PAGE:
What is myopia?
Myopia, more commonly known as nearsightedness, is the lengthening of the eye resulting in blurred distance vision. This has been commonly corrected with glasses and contact lenses. Unfortunately, most patients with myopia experience a worsening of vision every year requiring stronger and stronger corrections throughout their childhood and well into their early adult years. Myopia incidence has been increasing at an alarming rate, rising from 25% of the US population in the 1970's to over 40% today. In some countries of the world this rate is over 80%.
Causes, Signs & Symptoms of Myopia
Myopia is a type of visual impairment that occurs because light entering the eye focuses on a spot in front of the retina (a thin tissue that collects visual information on the inside of the back of your eye), instead of directly on it. This can happen for several reasons:
- The eyeball is too long
- The lens (which sits behind the pupil) is too curved
- Genetics (you're more likely to be myopic/nearsighted if your parents are)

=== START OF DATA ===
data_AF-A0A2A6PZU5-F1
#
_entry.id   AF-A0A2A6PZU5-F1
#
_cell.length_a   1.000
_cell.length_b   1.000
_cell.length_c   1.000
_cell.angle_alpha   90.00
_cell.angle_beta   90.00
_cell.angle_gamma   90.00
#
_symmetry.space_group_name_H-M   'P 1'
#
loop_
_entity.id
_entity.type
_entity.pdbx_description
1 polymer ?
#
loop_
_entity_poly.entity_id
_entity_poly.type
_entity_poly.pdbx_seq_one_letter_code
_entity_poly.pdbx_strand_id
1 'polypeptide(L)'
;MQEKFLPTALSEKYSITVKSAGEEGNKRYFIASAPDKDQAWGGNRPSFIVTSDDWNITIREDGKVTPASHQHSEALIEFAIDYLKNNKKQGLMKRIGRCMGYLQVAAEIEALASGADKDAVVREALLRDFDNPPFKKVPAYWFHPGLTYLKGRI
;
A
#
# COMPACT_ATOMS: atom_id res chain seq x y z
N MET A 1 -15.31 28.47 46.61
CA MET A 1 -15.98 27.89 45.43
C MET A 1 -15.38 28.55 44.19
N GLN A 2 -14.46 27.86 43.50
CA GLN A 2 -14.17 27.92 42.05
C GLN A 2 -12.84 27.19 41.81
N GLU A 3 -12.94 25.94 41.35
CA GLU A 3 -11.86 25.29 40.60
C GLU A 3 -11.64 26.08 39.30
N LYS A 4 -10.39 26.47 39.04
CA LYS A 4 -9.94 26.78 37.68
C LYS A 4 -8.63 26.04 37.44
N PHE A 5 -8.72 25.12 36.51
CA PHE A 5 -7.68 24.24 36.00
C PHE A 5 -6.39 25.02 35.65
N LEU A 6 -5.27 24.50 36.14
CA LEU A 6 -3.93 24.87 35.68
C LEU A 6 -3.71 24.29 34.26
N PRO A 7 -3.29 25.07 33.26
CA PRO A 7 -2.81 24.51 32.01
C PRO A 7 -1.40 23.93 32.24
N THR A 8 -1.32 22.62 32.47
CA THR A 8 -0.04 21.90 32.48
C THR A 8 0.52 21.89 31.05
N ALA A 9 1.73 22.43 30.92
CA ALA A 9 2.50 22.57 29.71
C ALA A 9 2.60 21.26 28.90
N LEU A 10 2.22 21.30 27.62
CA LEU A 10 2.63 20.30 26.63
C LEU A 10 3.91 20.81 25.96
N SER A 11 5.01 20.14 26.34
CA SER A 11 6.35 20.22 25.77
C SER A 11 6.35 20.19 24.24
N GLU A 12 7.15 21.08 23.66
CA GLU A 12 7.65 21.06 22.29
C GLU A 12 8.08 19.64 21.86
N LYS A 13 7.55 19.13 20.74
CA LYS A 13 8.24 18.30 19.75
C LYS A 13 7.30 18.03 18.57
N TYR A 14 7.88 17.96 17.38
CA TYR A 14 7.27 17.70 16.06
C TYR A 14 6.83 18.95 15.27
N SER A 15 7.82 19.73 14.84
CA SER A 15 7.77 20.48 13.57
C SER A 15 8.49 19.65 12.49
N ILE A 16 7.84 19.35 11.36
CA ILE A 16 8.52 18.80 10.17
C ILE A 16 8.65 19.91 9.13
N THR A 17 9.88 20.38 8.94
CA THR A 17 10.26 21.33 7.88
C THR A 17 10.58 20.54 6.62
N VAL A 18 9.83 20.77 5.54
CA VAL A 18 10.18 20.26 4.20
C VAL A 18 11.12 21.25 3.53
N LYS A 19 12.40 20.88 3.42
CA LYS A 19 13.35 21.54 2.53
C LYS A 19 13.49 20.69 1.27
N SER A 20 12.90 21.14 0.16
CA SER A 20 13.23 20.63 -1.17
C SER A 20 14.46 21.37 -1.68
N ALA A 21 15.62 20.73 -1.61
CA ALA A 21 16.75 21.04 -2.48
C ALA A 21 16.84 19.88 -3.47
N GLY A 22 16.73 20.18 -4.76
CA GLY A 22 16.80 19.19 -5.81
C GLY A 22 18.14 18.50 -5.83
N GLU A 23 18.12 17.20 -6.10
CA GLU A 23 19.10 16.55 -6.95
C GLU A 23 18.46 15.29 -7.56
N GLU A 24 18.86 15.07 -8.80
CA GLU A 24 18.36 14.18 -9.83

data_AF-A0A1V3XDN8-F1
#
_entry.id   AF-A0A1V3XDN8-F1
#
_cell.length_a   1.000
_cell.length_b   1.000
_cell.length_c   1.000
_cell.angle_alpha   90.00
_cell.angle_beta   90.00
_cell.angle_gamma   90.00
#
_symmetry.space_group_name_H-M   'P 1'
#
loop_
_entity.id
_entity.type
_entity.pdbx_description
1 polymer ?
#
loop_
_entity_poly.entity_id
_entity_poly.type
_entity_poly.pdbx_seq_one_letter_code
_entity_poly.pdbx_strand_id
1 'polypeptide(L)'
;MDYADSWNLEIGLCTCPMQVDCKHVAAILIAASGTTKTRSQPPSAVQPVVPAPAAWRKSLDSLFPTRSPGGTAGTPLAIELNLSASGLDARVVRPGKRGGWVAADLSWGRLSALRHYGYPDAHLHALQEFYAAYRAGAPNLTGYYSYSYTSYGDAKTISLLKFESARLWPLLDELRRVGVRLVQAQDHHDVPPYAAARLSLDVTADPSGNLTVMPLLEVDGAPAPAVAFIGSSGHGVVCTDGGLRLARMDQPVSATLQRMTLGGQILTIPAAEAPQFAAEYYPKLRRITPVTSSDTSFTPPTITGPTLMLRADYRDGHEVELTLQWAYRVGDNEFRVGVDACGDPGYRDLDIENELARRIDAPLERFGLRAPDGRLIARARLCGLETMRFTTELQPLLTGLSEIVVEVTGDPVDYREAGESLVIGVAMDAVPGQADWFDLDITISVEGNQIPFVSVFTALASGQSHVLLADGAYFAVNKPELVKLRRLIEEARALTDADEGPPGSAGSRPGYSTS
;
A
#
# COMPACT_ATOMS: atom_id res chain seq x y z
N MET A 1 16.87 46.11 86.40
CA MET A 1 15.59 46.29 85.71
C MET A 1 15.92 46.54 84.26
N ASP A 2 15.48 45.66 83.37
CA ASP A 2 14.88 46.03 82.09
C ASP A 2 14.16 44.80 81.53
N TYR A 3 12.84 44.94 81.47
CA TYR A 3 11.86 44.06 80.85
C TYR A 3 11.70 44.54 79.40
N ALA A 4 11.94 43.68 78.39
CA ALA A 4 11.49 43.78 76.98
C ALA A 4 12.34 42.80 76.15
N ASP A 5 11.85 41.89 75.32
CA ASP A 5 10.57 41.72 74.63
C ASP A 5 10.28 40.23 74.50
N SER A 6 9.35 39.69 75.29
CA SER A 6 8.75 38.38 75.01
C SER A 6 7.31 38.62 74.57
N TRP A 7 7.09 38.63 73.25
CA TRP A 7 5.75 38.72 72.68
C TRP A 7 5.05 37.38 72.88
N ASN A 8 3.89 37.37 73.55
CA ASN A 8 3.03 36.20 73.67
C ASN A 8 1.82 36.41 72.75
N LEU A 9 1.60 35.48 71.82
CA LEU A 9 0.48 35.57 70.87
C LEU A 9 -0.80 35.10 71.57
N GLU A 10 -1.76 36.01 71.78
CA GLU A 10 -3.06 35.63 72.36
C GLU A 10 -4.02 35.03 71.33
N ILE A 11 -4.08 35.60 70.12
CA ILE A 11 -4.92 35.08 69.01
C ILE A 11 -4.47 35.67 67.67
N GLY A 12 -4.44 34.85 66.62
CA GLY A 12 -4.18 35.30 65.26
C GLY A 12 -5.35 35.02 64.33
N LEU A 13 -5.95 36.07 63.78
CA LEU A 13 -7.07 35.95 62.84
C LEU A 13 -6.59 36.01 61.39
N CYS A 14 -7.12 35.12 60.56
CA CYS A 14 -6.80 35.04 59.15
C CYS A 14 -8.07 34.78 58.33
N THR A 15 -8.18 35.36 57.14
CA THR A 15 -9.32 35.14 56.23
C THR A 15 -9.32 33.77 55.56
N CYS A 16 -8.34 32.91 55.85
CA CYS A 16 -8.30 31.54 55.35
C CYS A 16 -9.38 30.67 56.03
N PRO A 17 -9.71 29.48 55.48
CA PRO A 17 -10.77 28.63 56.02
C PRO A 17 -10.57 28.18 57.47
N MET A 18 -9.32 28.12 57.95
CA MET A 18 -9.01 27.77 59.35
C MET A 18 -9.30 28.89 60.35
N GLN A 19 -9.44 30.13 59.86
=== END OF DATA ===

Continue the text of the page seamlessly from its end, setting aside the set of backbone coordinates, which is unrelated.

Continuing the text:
Interesting research has found that children who spend more time playing outdoors are less likely to be nearsighted; this could be related to the supposition that kids who are outside a lot are likely spending less time reading and doing other tasks that can strain the eyes. Unfortunately, with the widespread use of modern-day technology (including smartphones, tablets, and computers), this may become less of a factor.
Here's a quick way to remember myopia: if you're nearsighted, you can see near. This means people with myopia tend to have difficulty seeing things far away (such as the classroom whiteboard or street signs), although they can generally see okay while reading or looking at things close up. Uncorrected nearsightedness may also lead to eye strain, eye fatigue, and headaches.
This condition does usually develop in childhood, but it can progress with age, though with proper treatment it can be managed and stabilized well.
If you would like to learn more about what treatment options are available for myopia control schedule your Myopia Progression Assessment and Individualized Myopia Control Consultation. Call us now at (239) 437-2004.